Americans, frequent visitors to Notre-Dame, begin fundraising efforts
By Alex Dobuzinskis
Firefighters douse flames from the burning Notre Dame Cathedral as people look on in Paris, France April 15, 2019. REUTERS/Benoit Tessier
LOS ANGELES (Reuters) - The fire that devastated Notre-Dame Cathedral in Paris on Monday prompted fund-raising appeals in the United States, as people horrified by the blaze began making commitments to restore a global landmark even before the flames were extinguished.
The New York-based French Heritage Society and the Go Fund Me crowdsourcing platform were among the first to offer help for a cathedral that is a must-see destination for visitors to Paris from all over the world.
French President Emmanuel Macron said an international campaign would be launched to raise funds for the rebuilding of Notre-Dame Cathedral.
The French Heritage Society, an American non-profit group dedicated to preserving French architectural and cultural treasures, launched a web page on Monday to raise money for the cathedral's restoration.
"Notre-Dame is obviously an architectural marvel and most certainly a monument that should be restored," Jennifer Herlein, the executive director of the society, said by phone.
Herlein could not immediately say how much her organisation had raised for Notre-Dame on Monday. Eventually, the funds raised will go directly to the cathedral, she said.
The organisation, which was founded in 1982, gave two grants last year totalling more than $430,000 for restoration projects at France's national library, she said.
At the website GoFundMe, more than 50 campaigns related to the cathedral fire had been launched globally on Monday, John Coventry, a spokesman for Go Fund Me, said by email.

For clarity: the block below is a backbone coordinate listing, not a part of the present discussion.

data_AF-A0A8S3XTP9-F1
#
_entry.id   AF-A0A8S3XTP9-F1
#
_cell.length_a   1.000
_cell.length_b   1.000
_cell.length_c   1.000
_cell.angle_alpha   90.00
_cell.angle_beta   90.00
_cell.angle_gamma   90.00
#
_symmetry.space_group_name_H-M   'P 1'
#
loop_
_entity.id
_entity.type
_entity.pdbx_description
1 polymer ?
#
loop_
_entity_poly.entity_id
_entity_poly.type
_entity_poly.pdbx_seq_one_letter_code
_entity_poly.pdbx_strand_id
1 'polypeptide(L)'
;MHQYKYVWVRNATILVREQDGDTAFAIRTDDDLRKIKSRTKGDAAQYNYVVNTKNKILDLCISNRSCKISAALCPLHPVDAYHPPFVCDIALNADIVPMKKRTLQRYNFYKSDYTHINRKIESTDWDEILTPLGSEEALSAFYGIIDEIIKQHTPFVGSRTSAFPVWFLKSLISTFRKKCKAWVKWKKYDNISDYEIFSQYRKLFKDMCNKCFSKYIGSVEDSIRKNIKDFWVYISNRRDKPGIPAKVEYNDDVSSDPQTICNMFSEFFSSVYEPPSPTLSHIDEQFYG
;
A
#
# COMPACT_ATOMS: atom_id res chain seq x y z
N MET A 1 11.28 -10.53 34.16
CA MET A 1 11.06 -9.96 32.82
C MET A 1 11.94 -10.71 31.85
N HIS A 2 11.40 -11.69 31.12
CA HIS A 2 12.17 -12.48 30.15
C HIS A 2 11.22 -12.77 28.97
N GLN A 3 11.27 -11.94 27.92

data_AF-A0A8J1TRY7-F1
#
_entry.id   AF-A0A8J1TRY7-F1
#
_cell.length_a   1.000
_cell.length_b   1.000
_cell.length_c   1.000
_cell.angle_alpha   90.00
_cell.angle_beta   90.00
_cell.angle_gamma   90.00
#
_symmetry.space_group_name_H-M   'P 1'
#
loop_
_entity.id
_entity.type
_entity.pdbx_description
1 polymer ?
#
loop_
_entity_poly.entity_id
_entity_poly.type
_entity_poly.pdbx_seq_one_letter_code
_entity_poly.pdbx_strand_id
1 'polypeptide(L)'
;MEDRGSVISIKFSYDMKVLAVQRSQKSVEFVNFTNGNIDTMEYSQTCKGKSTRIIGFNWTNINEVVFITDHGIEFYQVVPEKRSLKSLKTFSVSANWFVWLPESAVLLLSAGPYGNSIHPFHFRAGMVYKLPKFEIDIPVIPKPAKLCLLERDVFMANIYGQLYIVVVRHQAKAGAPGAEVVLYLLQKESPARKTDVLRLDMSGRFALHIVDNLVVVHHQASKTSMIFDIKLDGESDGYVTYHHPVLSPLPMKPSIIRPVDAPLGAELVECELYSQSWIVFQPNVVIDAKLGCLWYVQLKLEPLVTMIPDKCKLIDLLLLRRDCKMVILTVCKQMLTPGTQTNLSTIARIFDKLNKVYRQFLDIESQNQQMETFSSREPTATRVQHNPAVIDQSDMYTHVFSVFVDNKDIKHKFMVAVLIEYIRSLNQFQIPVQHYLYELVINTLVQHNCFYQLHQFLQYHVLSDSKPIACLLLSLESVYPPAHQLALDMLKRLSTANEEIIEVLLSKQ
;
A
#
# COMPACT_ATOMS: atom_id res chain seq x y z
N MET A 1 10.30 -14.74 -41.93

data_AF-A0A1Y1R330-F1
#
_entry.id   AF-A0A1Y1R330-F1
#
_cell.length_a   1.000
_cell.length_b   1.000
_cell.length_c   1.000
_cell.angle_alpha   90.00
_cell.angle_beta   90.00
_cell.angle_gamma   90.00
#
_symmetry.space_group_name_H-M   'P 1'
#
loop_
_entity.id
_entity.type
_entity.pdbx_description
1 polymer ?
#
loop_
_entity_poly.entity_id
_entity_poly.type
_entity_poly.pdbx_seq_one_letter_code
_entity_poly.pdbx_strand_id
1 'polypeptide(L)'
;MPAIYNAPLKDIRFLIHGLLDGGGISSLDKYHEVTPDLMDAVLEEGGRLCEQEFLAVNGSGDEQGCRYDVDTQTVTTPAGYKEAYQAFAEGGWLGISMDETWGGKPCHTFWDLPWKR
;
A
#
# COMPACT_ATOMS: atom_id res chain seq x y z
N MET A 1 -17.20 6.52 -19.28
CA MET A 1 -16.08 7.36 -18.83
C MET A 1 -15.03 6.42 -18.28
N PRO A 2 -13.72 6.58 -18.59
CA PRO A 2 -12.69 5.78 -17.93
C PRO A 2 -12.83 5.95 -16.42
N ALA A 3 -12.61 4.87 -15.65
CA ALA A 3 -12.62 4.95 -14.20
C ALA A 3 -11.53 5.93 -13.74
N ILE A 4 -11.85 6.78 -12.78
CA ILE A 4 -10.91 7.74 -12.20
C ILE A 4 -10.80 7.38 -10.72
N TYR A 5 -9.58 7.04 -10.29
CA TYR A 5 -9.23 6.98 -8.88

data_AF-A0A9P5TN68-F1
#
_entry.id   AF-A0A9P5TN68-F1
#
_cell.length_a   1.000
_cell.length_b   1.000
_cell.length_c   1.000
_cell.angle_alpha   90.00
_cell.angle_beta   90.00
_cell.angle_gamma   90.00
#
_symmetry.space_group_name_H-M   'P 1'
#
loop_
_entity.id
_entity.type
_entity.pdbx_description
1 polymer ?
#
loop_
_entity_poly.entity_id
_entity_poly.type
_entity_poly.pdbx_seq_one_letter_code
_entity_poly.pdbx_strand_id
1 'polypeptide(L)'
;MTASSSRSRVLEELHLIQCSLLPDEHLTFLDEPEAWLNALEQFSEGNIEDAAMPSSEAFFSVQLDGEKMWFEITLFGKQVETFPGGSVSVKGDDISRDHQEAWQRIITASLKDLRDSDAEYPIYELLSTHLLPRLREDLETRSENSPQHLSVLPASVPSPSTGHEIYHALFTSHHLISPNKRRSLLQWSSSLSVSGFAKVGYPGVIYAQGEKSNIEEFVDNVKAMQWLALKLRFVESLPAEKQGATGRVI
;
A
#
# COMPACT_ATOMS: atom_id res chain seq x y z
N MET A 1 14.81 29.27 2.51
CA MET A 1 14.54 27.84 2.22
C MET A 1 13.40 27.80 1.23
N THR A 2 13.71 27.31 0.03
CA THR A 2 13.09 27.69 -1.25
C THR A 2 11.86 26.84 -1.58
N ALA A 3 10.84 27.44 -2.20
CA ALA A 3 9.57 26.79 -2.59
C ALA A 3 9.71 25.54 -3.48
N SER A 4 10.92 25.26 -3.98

"In the coming hours we'll be working with the authorities to find the best way of making sure funds get to the place where they will do the most good," Coventry said.
Some of the Go Fund Me campaigns had not listed any money raised by late Monday, and several joke campaigns were created through Go Fund Me to help Quasimodo, the fictional character in Victor Hugo's 19th century novel "The Hunchback of Notre-Dame."
"I think the challenge will be whether or not people who give the money agree with those who are doing the rebuilding about how the cathedral should be rebuilt," said Lisa Bitel, a professor of religion and history at the University of Southern California.
"This is a national monument in France and they will not spare money to rebuild," Bitel said. "I don't think the Americans will get much of a say in how to do it."
Notre-Dame Cathedral has looked to international donors for past renovation efforts.
In 2017, Michel Picaud, president of Friends of Notre-Dame De Paris, told the New York Times his group planned to organise gala dinners, concerts and other events to raise funds in France and the United States for restoration work at the cathedral.
(Reporting by Alex Dobuzinskis; editing by Bill Tarrant and Leslie Adler)
Sterling on back foot due to growing concern about no-deal BrexitBy Stanley White FILE PHOTO: A shop assistant counts piles of British Pound Sterling banknotes at an Apple store in London, Britain November 18, 2017. REUTERS/Russell Boyce TOKYO (Reuters) - Sterling was on the back foot on Tuesday...READ MORE...
Trump, U.S. Congress leaders reach deal on debt limit, spending capsBy Richard Cowan FILE PHOTO: A U.S. five dollar note is seen in this illustration photo June 1, 2017. REUTERS/Thomas White/Illustration WASHINGTON (Reuters) - President Donald Trump and U.S. congressional leaders reached a deal on...READ MORE...
North Korea's Kim Jong Un inspects new submarine, points out weapons systems - KCNA FILE PHOTO: North Korean leader Kim Jong Un reads a letter from U.S. President Donald Trump, in Pyongyang, North Korea in this picture released by North Korea's Korean Central News Agency (KCNA) on June 22, 2019....READ MORE...
Trump pushes on with immigration crackdown despite legal hurdlesBy Bryan Pietsch and Daina Beth Solomon A man stands near the border fence between Mexico and U.S. in Tijuana, Mexico July 22, 2019. REUTERS/Carlos Jasso WASHINGTON/MEXICO CITY (Reuters) - U.S. President Donald Trump's administration...READ MORE...